3. What is it like to live in State College?

State College is a medium-sized college town in the Nittany Valley of Central Pennsylvania. The surrounding area includes rolling farmlands, hills, state parks, and forests. We are about a 3 hour drive to the outskirts of Pittsburgh, Philadelphia, and Washington, D.C. Campus offers all the amenities of a large, Big Ten University: great sports events, excellent pools and work-out facilities for student use, a varied schedule of music, drama, and art offerings, religious organizations and services, and activities such as the Outing Club which organizes a variety of activities such as hiking and canoeing trips. Penn State even has its own renowned Creamery where you can buy ice cream made right here.

Downtown State College includes restaurants, bars, and coffee houses, as well as clothing stores and specialty shops that are unique to the area. Just outside of town you will find a large Barnes and Noble bookstore and the Nittany Valley Mall that includes several department stores and numerous specialty stores. A short drive from State College takes you to several excellent restaurants: The Hummingbird Room in rural Spring Mills and the Gamble Mill in nearby Bellefonte.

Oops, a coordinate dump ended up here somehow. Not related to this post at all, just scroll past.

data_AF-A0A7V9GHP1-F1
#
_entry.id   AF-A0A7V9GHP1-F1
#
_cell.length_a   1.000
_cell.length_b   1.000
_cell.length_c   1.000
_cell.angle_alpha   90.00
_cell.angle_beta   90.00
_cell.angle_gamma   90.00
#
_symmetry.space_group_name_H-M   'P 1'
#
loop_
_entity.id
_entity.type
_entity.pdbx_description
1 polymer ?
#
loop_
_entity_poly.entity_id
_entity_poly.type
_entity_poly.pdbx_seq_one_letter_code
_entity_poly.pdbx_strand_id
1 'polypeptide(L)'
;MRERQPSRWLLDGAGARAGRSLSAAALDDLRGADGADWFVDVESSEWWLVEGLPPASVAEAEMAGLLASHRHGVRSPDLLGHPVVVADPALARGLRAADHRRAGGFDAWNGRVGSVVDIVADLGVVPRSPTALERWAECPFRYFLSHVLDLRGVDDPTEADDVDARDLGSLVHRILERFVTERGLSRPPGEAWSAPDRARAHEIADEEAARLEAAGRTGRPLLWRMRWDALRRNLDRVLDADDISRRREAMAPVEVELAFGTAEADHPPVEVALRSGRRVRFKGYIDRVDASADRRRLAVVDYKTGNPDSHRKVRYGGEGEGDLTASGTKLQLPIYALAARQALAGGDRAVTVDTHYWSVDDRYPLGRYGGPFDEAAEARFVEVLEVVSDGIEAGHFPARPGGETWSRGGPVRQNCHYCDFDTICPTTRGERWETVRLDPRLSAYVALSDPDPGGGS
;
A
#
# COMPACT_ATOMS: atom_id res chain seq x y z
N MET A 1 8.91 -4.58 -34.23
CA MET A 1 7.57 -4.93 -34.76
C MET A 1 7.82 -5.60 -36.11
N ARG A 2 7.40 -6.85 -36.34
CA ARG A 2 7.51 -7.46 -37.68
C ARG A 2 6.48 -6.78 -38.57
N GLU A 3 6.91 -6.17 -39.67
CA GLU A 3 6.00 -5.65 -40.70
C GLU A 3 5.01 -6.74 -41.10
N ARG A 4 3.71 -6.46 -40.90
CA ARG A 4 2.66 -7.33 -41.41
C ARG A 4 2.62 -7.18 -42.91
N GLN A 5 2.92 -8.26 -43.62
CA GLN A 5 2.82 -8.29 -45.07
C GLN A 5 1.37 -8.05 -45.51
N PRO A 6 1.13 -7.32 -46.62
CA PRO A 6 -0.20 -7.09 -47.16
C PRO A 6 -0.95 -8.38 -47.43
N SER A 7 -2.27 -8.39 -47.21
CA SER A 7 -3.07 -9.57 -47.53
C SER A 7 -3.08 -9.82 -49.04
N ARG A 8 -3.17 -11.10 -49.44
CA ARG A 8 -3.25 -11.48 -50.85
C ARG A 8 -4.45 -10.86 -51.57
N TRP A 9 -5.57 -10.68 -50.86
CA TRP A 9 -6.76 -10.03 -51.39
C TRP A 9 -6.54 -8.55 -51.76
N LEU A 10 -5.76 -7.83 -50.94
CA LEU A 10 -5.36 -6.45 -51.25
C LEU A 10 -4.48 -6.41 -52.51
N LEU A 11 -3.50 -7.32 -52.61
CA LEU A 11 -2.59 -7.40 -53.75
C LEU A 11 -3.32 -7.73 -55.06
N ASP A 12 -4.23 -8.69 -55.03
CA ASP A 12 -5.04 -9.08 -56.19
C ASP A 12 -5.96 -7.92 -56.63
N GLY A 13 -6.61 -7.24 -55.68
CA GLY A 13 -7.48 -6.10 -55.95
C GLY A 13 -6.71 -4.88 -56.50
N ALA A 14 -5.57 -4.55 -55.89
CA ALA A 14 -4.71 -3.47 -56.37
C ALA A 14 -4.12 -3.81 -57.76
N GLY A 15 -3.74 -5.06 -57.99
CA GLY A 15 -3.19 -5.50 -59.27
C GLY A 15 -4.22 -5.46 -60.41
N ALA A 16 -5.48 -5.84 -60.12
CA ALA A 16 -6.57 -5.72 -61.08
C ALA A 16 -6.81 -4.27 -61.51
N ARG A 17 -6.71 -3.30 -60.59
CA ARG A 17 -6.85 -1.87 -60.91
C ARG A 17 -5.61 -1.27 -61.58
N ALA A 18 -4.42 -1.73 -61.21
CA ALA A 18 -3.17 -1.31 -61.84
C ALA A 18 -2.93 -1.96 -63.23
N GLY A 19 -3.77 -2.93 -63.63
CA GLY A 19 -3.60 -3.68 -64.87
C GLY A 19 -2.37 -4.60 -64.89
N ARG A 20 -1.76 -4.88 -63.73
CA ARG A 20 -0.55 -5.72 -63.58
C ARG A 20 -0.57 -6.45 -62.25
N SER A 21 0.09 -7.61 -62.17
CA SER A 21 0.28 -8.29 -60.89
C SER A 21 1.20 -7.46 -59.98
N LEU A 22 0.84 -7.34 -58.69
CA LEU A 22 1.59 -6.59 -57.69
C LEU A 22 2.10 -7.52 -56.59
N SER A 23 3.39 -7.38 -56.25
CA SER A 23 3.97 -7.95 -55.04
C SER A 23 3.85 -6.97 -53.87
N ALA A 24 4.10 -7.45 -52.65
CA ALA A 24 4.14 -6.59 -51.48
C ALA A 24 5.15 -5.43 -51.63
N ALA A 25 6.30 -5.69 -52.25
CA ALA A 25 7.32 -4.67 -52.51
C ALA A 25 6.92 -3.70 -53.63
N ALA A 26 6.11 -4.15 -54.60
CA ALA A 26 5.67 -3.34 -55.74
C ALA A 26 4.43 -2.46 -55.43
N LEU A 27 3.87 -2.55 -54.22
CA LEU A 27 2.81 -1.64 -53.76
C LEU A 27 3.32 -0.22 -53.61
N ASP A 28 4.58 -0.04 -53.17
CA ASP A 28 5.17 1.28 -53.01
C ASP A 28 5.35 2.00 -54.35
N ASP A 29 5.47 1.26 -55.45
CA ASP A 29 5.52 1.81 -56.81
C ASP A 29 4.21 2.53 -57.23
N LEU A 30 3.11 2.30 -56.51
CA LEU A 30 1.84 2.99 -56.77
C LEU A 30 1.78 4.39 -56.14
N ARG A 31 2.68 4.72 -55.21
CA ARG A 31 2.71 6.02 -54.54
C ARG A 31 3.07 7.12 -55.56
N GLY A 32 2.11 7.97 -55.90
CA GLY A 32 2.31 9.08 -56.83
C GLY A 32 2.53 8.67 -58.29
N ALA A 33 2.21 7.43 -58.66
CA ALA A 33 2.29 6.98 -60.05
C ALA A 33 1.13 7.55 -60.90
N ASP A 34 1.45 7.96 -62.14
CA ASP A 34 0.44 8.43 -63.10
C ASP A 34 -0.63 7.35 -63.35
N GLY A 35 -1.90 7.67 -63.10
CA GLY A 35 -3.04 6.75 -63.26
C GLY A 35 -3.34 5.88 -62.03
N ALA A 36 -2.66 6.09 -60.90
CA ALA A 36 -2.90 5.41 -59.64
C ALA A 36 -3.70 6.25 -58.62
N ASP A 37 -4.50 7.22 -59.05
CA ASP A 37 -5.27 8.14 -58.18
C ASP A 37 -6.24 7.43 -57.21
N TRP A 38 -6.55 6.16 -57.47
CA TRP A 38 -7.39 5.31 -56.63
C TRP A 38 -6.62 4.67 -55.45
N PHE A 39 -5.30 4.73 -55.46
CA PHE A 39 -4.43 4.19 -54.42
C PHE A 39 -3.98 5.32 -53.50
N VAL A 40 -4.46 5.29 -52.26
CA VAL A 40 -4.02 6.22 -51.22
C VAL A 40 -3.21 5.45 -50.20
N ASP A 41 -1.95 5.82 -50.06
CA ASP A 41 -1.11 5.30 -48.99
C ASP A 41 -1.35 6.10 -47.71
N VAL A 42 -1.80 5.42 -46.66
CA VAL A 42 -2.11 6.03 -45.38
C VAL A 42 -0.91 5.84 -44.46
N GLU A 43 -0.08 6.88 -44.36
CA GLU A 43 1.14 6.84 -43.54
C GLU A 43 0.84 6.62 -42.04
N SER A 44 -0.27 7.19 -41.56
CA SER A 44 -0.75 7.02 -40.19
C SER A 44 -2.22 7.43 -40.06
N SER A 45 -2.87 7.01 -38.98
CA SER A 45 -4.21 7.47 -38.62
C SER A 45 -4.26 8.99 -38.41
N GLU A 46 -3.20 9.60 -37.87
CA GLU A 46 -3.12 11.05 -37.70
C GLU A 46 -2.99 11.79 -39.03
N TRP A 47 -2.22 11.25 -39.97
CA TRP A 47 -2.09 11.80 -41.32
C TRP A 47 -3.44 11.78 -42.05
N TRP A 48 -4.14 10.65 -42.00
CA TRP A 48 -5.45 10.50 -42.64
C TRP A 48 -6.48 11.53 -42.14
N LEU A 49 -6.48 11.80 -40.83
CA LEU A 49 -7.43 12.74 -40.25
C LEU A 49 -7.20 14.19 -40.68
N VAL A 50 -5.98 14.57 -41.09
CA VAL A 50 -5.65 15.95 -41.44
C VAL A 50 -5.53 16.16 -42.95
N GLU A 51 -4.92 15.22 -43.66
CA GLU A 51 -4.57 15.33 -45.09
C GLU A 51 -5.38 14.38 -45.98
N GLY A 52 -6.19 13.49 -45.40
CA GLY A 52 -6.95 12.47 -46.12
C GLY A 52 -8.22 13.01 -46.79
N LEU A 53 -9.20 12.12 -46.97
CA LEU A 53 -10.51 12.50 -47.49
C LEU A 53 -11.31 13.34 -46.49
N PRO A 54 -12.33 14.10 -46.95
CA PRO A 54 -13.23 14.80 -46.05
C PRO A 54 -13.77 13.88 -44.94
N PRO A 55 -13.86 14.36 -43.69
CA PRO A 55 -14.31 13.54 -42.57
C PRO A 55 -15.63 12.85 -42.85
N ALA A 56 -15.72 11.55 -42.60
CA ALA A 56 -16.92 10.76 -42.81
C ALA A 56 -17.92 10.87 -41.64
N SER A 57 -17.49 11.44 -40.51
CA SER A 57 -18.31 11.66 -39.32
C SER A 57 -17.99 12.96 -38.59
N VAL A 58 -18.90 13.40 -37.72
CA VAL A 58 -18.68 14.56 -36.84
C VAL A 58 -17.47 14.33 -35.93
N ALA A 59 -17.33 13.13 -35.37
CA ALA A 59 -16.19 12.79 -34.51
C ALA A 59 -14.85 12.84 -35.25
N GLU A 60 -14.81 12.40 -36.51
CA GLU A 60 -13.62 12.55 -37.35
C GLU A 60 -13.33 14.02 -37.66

Prospective graduate students with families should know that the State College Area School District is one of the top-rated school districts in the Commonwealth of Pennsylvania. For younger children, there are a variety of good child-care facilities and nursery schools in the area including two on campus that are administered by Penn State (HDFS Children's Programs.) There are numerous local opportunities for children to participate in community-organized team sports, as well as music, drama, art and dance lessons.

State College local newspaper—The Centre Daily Times

Guide to Graduate Student Living in State College